Since the passage of the Hyde Amendment in 1976, poor women covered under Medicaid can only apply for abortion in case of rape, incest or medical condition. Only 17 states and the District of Columbia continue to fund their abortions. On the pretext that in a market-driven system poor women aren’t “entitled” to coverage, the right then use the victory they won over the most vulnerable to extend their repressive legislation. Of the 70 million women living in the United States who are of reproductive age, more than half are in need of contraception; about 20 million need publicly funded services.
After making headway in restricting coverage for abortion under the federal health care bill, the radical right has moved their fight to the state level. Seven states now prohibit private health insurance providers from covering abortion and 15 prohibit insurance exchanges from doing so. Unless the federal government revisits this issue, more state legislatures will pass these restrictions and insurance companies will make their decision based on what they perceive as in their business interests.
Damaging Women’s Health
The Patient Protection and Affordable Care Act of 2010 requires all new private health plans to cover contraceptive counseling and services without out-of-pocket cost, but existing plans are exempt as long as no significant negative changes such as cutting benefits are made. Currently 28 states require insurers that cover prescription drugs to cover contraceptive drugs and devices; 17 also require coverage of outpatient services.
The strategy of those opposed to reproductive justice is to separate the variety of health services women need over the course of their lives and focus on a narrow range. Then they portray women as selfish or naďve, needing to be properly counseled into making the right decision. Meanwhile they portray themselves as moral agents with the right to impose their vision.
Generally speaking the right focuses their anger on clinic providers and doctors and portray women as “victims.” Yet there are state laws on the books ostensibly to protect fetuses, and a few women who have delivered babies while addicted to drugs or alcohol and unable to kick their habit have been charged with fetal abuse.
Most people recognize that this issue is a public health rather than criminal problem, and this legislation has languished. However in Indiana two years ago Bei Bil Shuai, a depressed and pregnant woman, attempted to kill herself. Rescued by friends, she did everything to ensure her baby survived, including undergoing Cesarean surgery, but her newborn died shortly afterward. She was arrested, charged and has been in jail for the past year, charged under the state’s murder statute (with the death penalty or a sentence of 45 years to life) as well as an attempted feticide statute (with a sentence of up to 20 years).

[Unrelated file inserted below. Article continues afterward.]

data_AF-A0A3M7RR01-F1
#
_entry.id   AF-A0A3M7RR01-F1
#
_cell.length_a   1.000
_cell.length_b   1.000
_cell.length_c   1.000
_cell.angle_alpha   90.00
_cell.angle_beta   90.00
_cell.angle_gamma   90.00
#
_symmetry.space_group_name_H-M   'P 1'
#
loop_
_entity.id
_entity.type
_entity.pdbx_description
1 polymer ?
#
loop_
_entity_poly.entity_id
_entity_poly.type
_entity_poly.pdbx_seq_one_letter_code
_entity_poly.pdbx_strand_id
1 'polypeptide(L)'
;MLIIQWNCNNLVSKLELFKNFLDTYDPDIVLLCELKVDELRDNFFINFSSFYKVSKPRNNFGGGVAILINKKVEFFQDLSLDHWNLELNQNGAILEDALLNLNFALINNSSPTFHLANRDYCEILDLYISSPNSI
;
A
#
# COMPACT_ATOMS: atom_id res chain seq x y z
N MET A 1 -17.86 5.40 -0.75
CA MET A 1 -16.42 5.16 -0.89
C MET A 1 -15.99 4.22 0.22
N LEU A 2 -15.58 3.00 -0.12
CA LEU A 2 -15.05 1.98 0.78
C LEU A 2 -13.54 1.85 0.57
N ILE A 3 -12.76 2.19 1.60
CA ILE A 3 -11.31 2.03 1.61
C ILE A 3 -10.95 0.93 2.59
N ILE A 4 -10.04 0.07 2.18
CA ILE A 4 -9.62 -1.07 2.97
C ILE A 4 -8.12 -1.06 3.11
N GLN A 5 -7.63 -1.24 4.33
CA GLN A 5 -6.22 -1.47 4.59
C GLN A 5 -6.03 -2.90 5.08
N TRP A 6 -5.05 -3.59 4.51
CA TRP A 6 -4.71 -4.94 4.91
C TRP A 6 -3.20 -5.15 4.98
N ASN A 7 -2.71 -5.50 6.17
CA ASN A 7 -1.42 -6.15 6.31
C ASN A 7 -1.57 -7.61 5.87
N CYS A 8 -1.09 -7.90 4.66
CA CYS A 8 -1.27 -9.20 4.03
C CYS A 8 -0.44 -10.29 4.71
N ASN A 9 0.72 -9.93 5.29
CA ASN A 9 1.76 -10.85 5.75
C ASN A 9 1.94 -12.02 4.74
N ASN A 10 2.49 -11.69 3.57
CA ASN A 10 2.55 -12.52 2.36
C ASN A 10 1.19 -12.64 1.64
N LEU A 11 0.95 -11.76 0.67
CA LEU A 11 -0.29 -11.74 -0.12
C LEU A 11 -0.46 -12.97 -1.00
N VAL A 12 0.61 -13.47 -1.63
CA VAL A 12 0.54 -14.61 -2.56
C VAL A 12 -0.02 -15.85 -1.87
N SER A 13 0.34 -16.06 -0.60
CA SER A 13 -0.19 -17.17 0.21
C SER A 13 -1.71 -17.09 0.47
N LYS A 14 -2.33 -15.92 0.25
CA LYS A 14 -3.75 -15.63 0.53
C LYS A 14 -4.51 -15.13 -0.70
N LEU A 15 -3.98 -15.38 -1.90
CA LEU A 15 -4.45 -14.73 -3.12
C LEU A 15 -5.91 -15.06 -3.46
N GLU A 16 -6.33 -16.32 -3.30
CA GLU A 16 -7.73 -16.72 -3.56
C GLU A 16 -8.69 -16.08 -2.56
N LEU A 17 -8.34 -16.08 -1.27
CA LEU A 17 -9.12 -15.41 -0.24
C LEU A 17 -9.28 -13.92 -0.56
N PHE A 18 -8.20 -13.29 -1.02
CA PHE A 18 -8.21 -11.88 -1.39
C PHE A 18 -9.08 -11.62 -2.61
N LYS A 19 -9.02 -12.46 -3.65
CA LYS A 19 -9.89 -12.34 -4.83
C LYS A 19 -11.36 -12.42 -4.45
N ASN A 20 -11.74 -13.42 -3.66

Each year in our country three million women will have an unintended pregnancy; almost half will have an abortion. Others will have problems during their pregnancies, and all who deliver a baby will need a range of services. But the climate of right-wing hatred of women’s rights in an era of cutbacks will have a devastating effect on health clinics, well baby centers and child care centers first on the chopping block.
Rush Limbaugh has performed a great public service by putting the brutal assault on women right on Front Street, out of the dark alleys of state legislative chambers where the worst crimes are committed. Women and all supporters of basic rights continue to fight back against these “bedroom police.”
In their attempt to divide and control women, the right wing has miscalculated. Every major step toward winning women’s legal equality — from the right to vote to outlawing sex discrimination and limiting the government’s control over women’s reproductive lives — have been won and maintained through popular struggle.